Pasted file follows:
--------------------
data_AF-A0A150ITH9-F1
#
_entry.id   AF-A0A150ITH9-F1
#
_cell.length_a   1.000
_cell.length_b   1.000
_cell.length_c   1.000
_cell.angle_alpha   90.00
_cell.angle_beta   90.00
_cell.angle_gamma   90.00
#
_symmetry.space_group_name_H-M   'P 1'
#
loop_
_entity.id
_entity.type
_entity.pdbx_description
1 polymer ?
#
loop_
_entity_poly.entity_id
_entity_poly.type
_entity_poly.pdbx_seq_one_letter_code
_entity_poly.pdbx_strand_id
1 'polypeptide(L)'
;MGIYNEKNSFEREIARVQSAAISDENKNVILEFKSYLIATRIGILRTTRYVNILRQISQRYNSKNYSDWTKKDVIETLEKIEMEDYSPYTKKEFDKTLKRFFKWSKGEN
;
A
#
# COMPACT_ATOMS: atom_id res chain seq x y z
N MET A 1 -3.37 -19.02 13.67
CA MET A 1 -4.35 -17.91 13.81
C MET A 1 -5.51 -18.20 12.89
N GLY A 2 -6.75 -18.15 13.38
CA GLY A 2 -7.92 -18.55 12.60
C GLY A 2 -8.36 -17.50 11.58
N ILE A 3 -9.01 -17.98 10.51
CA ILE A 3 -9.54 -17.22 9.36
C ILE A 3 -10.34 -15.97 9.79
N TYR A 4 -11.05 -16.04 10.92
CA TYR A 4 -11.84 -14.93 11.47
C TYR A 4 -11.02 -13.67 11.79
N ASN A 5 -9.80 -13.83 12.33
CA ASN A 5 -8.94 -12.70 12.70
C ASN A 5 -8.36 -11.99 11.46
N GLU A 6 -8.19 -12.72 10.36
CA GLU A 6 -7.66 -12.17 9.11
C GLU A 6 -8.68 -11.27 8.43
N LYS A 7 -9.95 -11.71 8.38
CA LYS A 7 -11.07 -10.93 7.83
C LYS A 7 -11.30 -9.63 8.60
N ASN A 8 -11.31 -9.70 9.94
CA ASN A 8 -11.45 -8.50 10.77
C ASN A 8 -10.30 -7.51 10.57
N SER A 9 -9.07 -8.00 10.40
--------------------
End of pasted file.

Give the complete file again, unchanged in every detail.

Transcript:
data_AF-A0A150ITH9-F1
#
_entry.id   AF-A0A150ITH9-F1
#
_cell.length_a   1.000
_cell.length_b   1.000
_cell.length_c   1.000
_cell.angle_alpha   90.00
_cell.angle_beta   90.00
_cell.angle_gamma   90.00
#
_symmetry.space_group_name_H-M   'P 1'
#
loop_
_entity.id
_entity.type
_entity.pdbx_description
1 polymer ?
#
loop_
_entity_poly.entity_id
_entity_poly.type
_entity_poly.pdbx_seq_one_letter_code
_entity_poly.pdbx_strand_id
1 'polypeptide(L)'
;MGIYNEKNSFEREIARVQSAAISDENKNVILEFKSYLIATRIGILRTTRYVNILRQISQRYNSKNYSDWTKKDVIETLEKIEMEDYSPYTKKEFDKTLKRFFKWSKGEN
;
A
#
# COMPACT_ATOMS: atom_id res chain seq x y z
N MET A 1 -3.37 -19.02 13.67
CA MET A 1 -4.35 -17.91 13.81
C MET A 1 -5.51 -18.20 12.89
N GLY A 2 -6.75 -18.15 13.38
CA GLY A 2 -7.92 -18.55 12.60
C GLY A 2 -8.36 -17.50 11.58
N ILE A 3 -9.01 -17.98 10.51
CA ILE A 3 -9.54 -17.22 9.36
C ILE A 3 -10.34 -15.97 9.79
N TYR A 4 -11.05 -16.04 10.92
CA TYR A 4 -11.84 -14.93 11.47
C TYR A 4 -11.02 -13.67 11.79
N ASN A 5 -9.80 -13.83 12.33
CA ASN A 5 -8.94 -12.70 12.70
C ASN A 5 -8.36 -11.99 11.46
N GLU A 6 -8.19 -12.72 10.36
CA GLU A 6 -7.66 -12.17 9.11
C GLU A 6 -8.68 -11.27 8.43
N LYS A 7 -9.95 -11.71 8.38
CA LYS A 7 -11.07 -10.93 7.83
C LYS A 7 -11.30 -9.63 8.60
N ASN A 8 -11.31 -9.70 9.94
CA ASN A 8 -11.45 -8.50 10.77
C ASN A 8 -10.30 -7.51 10.57
N SER A 9 -9.07 -8.00 10.40